“Now, I return to this young fellow. And the communication I have got to make is , that he has Great Expectation.” — Mr Jaggers (Great Expectations by Charles Dickens)
Note: If you haven’t read Great Expectations by Charles Dickens, this article might contain a few spoiler-ish things so read at your own discretion. Or, read the book instead of this article because it would be totally worth it and I wouldn’t mind at all.
I recently read Great Expectations by Charles Dickens and I must say, it is one of the best and most moving books that I have ever read. Initially, what feels like just another “Tom Sawyer-ish adventures of a young boy” book, turns into a fascinating emotional roller coaster that leaves a bittersweet aftertaste in your heart when you complete it.
This article is not a summary of the book nor is it a critique of it. It is merely an account of certain feelings and thoughts the book evoked in me while reading it. While reading the book, I felt like I was Pip. When Pip comes to know that he has Great Expectations, I felt like Pip and I were in the same situation. Because you see…I have come across Great Expectations of my own fairly recently.
I’m just a regular guy from a small city in North India. And I recently flew all the way across the Atlantic ocean because I got accepted to grad school in the United States of America. This opportunity to be in a great place with great people and do great things is what I call my Great Expectations that the universe has bestowed upon me. Now, I know it is not a big deal but to me, it is. Just like Pip always believed he might get Great Expectations someday and would become a gentleman one day, in the same way, ever since I was a child it was my dream to come to the States and become a great person and do great things. And just like Pip, here I am. A regular guy with dreams who has come across Great Expectations.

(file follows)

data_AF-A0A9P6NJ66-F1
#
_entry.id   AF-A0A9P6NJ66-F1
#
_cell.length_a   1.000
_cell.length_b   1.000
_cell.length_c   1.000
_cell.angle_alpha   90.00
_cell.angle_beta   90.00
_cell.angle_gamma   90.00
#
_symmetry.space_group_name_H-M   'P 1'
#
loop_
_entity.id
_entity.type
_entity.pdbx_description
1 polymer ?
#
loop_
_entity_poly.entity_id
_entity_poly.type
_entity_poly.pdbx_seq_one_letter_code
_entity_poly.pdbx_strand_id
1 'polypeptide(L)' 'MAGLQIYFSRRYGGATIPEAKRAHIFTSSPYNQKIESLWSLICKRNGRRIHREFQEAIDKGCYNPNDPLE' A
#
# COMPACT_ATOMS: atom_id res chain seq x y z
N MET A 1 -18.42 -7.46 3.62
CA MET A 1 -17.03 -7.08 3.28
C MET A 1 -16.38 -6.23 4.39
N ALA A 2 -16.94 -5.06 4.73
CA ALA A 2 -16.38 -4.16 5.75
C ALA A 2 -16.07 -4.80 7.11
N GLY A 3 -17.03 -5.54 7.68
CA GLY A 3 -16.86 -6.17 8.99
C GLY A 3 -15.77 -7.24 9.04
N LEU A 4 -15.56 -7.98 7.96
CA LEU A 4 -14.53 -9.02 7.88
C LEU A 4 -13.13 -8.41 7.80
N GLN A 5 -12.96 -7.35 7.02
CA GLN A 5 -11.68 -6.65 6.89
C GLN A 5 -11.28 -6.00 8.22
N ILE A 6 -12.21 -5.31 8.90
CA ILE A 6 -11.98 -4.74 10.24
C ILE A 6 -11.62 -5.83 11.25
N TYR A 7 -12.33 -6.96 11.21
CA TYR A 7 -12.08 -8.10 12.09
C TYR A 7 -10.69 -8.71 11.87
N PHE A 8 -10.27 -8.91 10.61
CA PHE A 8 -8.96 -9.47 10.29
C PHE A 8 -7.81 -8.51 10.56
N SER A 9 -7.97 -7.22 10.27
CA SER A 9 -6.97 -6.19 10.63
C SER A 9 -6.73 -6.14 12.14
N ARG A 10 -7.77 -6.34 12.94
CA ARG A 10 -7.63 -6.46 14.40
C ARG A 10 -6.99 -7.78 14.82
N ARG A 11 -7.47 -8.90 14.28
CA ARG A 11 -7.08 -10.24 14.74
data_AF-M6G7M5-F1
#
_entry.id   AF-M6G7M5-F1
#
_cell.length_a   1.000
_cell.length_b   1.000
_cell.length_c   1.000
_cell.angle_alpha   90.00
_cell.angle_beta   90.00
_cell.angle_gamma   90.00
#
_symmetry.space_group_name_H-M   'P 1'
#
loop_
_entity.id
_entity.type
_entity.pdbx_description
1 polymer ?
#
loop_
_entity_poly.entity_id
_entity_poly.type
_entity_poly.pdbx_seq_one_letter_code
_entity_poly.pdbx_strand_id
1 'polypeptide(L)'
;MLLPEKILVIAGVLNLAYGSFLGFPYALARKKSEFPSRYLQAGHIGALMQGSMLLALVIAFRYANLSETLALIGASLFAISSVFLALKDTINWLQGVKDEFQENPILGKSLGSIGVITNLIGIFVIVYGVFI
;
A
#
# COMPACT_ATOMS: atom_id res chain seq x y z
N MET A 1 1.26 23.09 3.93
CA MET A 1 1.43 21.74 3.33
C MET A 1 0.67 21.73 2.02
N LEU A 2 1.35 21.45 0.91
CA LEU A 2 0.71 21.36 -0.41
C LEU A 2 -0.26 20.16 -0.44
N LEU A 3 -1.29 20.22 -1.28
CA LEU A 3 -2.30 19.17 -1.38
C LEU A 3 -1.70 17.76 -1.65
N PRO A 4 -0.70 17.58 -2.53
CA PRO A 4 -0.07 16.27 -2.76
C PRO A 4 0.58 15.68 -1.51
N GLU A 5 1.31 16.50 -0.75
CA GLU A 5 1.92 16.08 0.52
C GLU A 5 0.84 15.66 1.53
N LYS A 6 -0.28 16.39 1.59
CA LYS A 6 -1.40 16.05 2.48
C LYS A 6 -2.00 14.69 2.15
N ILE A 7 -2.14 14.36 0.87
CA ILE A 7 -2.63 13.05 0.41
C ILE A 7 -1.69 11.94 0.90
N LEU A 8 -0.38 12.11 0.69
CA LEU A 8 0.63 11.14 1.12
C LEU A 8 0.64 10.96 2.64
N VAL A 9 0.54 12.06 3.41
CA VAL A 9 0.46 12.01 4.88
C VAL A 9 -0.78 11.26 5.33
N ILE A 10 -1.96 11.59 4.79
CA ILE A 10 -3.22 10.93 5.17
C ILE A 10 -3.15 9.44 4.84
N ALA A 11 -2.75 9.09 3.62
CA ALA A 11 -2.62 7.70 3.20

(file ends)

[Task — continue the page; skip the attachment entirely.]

But that is not the entirety of what I have been given. I have also been given great expectations. Great expectations that I have from myself and that my family has from me. Expectations that I will do something great and make something of myself. And these expectations can be terrifying. Especially when the people you love are thousands of miles away and you need about a $1000 to reach them.
Sacrifice is the price of Great Expectations, I suppose. When Pip was told that he has Great Expectations and was moving to London, what he felt in his heart about leaving Joe and Biddy behind was similar to what I felt about leaving my family behind. The excitement of a new adventure and fulfillment of a childhood dream was accompanied by the heaviness of leaving my loved ones behind. One heart stretched in two opposite directions, and I might have remained behind if it were not for my legs that kept on walking. One last glance at them…and then I turned and walked along.